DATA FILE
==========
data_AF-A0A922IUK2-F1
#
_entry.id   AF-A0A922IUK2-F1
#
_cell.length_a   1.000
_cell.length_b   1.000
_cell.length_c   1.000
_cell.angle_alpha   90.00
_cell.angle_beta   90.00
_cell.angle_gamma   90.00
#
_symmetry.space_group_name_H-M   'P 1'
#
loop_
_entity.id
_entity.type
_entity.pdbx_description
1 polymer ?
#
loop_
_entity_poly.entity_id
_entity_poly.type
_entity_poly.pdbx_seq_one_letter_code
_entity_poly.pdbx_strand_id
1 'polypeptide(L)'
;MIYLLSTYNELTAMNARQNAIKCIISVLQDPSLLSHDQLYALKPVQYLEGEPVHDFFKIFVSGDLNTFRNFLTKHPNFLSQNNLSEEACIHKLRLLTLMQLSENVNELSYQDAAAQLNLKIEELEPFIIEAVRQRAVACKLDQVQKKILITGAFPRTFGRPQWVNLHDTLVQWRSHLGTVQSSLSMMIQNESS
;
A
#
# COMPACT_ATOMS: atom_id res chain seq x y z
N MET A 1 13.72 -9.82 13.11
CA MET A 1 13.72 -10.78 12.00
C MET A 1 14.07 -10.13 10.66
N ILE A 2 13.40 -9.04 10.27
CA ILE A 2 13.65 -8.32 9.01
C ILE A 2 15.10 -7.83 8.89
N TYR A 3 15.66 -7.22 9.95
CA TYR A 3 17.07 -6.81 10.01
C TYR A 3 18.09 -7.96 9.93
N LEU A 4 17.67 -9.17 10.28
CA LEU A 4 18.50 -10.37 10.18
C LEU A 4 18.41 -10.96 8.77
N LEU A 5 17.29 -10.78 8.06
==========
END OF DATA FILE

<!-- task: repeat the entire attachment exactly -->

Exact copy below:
data_AF-A0A922IUK2-F1
#
_entry.id   AF-A0A922IUK2-F1
#
_cell.length_a   1.000
_cell.length_b   1.000
_cell.length_c   1.000
_cell.angle_alpha   90.00
_cell.angle_beta   90.00
_cell.angle_gamma   90.00
#
_symmetry.space_group_name_H-M   'P 1'
#
loop_
_entity.id
_entity.type
_entity.pdbx_description
1 polymer ?
#
loop_
_entity_poly.entity_id
_entity_poly.type
_entity_poly.pdbx_seq_one_letter_code
_entity_poly.pdbx_strand_id
1 'polypeptide(L)'
;MIYLLSTYNELTAMNARQNAIKCIISVLQDPSLLSHDQLYALKPVQYLEGEPVHDFFKIFVSGDLNTFRNFLTKHPNFLSQNNLSEEACIHKLRLLTLMQLSENVNELSYQDAAAQLNLKIEELEPFIIEAVRQRAVACKLDQVQKKILITGAFPRTFGRPQWVNLHDTLVQWRSHLGTVQSSLSMMIQNESS
;
A
#
# COMPACT_ATOMS: atom_id res chain seq x y z
N MET A 1 13.72 -9.82 13.11
CA MET A 1 13.72 -10.78 12.00
C MET A 1 14.07 -10.13 10.66
N ILE A 2 13.40 -9.04 10.27
CA ILE A 2 13.65 -8.32 9.01
C ILE A 2 15.10 -7.83 8.89
N TYR A 3 15.66 -7.22 9.95
CA TYR A 3 17.07 -6.81 10.01
C TYR A 3 18.09 -7.96 9.93
N LEU A 4 17.67 -9.17 10.28
CA LEU A 4 18.50 -10.37 10.18
C LEU A 4 18.41 -10.96 8.77
N LEU A 5 17.29 -10.78 8.06